UNL experts say allergy study to change way parents feed infants

· 4 min read

UNL experts say allergy study to change way parents feed infants

Stephen Taylor
Craig Chandler | University Communications
Stephen Taylor

Food allergy experts at UNL are among scientists around the world hailing a new landmark study on peanut allergies.

Unveiled to worldwide fanfare last week, the British study found that allergy-prone babies who were regularly fed peanuts were about 80 percent less likely to develop a peanut allergy by their fifth birthday.

Steve Taylor, co-director of the Food Allergy Research and Resource Program at the University of Nebraska-Lincoln, said it is one of the most significant studies on allergies in the last 10 to 15 years.

In addition to changing parenting techniques, it may well result the development of new peanut-based food products for babies.

UNL’s food allergy program advises food-processing companies on how to address issues related to allergies.

Joseph Baumert, a food science assistant professor and co-director of the food allergy program, and Jamie Kabourek, a dietitian and the program’s resource manager, were among the scientists present when the study’s findings were revealed at the annual meeting of the American Academy of Allergy, Asthma and Immunology last week in Houston. The study, led by Dr. Gideon Lack of King’s College London, was simultaneously published in the New England Journal of Medicine.

Peanut allergies have become increasingly prevalent in recent years. The UNL experts said their incidence has doubled every 10 years since 1990.

About 10 years ago, scientists had noticed that peanut allergies occurred with significantly less frequency in Israel, where parents often feed their babies a peanut-puff snack food called Bamba.

“It’s very delicious,” said Taylor, who said a friend sent him some samples of the snack. He described them being like Cheetos, only peanut-flavored. “Babies gum it to death, it’s used like an inexpensive teething biscuit.”

Pediatric practice in Great Britain and the U.S. has been to advise parents to avoid feeding peanuts to children under 3 who are at risk of developing a peanut allergy, the UNL scientists said. The advice was not based on any studies, but seemed like an appropriate response to child who might become allergic. In addition, the scientists said, young children in the U.S. and Great Britain may be less likely to eat peanuts because mothers are breast-feeding longer and because peanuts and peanut butter can pose choking hazards.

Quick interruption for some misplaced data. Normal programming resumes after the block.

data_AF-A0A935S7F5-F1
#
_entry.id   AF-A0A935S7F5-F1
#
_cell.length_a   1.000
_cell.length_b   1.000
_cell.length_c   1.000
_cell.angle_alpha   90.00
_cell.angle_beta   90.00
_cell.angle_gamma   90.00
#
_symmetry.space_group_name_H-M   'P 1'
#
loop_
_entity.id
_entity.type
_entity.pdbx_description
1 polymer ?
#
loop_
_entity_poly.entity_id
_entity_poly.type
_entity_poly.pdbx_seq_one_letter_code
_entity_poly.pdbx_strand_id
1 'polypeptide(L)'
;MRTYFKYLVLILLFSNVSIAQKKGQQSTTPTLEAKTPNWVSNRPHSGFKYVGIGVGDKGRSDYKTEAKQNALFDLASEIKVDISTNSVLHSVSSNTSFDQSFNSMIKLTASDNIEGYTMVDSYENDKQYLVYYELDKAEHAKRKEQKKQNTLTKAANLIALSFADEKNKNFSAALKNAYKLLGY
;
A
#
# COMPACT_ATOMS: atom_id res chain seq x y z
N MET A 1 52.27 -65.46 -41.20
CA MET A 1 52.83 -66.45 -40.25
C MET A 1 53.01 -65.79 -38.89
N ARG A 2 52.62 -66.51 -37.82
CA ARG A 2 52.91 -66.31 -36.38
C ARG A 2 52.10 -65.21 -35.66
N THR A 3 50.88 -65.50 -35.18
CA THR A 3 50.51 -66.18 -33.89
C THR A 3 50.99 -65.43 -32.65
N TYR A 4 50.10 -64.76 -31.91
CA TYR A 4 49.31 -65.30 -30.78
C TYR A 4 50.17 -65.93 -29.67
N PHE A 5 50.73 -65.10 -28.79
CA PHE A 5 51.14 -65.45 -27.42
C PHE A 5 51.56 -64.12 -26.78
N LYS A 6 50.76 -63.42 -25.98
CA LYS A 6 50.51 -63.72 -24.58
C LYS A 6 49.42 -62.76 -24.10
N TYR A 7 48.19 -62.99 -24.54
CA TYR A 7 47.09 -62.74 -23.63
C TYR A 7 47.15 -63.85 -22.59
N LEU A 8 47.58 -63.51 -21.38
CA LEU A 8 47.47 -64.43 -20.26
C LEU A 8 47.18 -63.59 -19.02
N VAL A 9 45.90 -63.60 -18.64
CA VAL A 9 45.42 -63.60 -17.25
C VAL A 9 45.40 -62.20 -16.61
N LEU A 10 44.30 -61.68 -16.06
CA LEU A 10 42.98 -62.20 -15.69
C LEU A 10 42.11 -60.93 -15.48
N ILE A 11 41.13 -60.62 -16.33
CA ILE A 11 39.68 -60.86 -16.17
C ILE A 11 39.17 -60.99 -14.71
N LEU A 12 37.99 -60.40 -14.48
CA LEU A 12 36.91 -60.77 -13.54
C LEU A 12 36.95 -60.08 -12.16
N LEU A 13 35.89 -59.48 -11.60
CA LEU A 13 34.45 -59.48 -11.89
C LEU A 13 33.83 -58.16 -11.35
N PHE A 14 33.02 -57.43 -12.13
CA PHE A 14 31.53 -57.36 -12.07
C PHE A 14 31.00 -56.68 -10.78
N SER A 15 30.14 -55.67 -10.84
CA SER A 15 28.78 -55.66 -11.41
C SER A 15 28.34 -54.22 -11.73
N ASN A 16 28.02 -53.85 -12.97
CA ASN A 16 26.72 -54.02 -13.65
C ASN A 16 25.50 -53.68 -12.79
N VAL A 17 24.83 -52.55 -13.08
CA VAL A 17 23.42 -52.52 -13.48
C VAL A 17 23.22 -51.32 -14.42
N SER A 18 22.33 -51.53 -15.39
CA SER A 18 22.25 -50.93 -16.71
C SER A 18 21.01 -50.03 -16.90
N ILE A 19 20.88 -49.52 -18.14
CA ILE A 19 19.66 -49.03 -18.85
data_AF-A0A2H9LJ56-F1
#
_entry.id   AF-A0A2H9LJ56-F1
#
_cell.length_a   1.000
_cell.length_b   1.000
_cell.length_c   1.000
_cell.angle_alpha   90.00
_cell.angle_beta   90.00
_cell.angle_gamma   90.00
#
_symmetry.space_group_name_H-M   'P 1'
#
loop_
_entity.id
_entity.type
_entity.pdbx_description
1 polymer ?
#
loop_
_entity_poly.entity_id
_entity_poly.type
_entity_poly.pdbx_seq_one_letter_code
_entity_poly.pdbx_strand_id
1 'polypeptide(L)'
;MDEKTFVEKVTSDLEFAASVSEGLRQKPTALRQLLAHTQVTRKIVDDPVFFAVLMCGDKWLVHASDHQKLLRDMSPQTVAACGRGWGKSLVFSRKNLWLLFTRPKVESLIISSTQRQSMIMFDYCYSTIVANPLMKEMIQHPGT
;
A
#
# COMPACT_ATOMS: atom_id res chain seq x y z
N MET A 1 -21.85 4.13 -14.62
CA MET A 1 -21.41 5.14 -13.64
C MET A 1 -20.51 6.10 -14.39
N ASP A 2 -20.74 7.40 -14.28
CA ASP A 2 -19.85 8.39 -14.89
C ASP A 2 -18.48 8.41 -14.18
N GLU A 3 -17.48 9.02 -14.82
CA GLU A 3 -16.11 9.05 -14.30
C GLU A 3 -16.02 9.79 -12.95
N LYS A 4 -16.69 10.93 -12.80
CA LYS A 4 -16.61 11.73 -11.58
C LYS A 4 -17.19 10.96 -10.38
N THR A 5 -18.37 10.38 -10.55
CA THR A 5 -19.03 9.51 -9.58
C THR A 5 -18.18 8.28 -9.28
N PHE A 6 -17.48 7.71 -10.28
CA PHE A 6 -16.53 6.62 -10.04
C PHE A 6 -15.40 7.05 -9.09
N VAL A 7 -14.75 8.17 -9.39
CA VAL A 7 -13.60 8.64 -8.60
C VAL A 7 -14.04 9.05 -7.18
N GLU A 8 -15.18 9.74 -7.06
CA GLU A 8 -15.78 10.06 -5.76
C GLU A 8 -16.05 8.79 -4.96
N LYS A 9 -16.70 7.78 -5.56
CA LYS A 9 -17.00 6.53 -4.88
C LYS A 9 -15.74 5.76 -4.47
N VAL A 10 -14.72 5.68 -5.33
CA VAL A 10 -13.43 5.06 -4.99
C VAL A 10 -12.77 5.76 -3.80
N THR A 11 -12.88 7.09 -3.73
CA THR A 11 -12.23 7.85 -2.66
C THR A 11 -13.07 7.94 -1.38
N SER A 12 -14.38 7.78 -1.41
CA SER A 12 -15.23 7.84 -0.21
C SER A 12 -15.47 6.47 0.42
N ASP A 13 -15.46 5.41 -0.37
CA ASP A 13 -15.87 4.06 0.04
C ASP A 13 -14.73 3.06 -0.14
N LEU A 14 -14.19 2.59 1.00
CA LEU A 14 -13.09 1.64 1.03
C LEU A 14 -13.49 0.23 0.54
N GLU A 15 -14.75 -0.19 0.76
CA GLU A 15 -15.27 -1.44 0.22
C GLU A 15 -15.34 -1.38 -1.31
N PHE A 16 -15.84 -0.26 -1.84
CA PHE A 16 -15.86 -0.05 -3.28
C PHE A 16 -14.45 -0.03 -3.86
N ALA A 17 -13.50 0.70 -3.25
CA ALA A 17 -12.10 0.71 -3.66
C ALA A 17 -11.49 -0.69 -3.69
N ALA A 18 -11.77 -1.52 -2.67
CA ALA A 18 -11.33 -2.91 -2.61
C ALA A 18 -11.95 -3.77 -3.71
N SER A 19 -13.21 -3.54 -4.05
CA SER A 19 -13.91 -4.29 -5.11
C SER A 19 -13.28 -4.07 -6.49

Many schools and youth organizations no longer permit meals or snacks containing peanuts because of the prevalence and severity of peanut allergies, the UNL experts also noted.

In the study, 640 infants deemed at high risk for development of peanut allergy because they had eczema or egg allergy were randomly assigned to be fed about four heaping teaspoons of peanuts a week or to avoid peanuts.

In the group of infants with no initial reaction to peanuts, less than 2 percent of those exposed to peanuts developed an allergy by age 5. In comparison, 3.7 percent of the group that avoided peanuts became allergic by age five. Of study participants who demonstrated slight sensitivity to peanuts as infants, about 11 percent who were exposed to peanuts developed an allergy by age 5, while more than 35 percent of those who avoided peanuts became allergic.

Kabourek said she’s been monitoring social media discussion of the study and has been surprised by some of the negative reaction to the study.

“Some parents are very upset. They feel as if they’re being asked to poison their babies,” she said.

Indeed, the study offers no benefit to children who have already developed peanut allergy, a lifelong condition.

The UNL scientists cautioned the parents should consult with their doctors before beginning to feed peanut-containing foods to an allergy-prone child. It could be risky if the child already is allergic to peanuts. Pediatricians should determine if the baby might happen to already be sensitized to peanuts.

Though some food companies already are beginning to discuss production of peanut-containing foods for young children, they must continue with allergy-safe food-production practices. It likely will be generations before the study’s recommendations will reduce the proportion of allergy sufferers in the population.

“The food industry wants to introduce more food products, but they still need to avoid cross-contact and to use appropriate labeling,” Baumert said. “If they have a peanut-containing product, they still need to handle it correctly, segregate it and apply other good management practices. That can become more complex if they’re rolling out more products.”

UNL's Stephen Taylor holds a bag of snacks that contain peanuts. Taylor said a new British study will change the way parents feed infants and how food-processing companies address food allergy issues.
Leslie Reed | University Communications
UNL's Stephen Taylor holds a bag of snacks that contain peanuts. Taylor said a new British study will change the way parents feed infants and how food-processing companies address food allergy issues.

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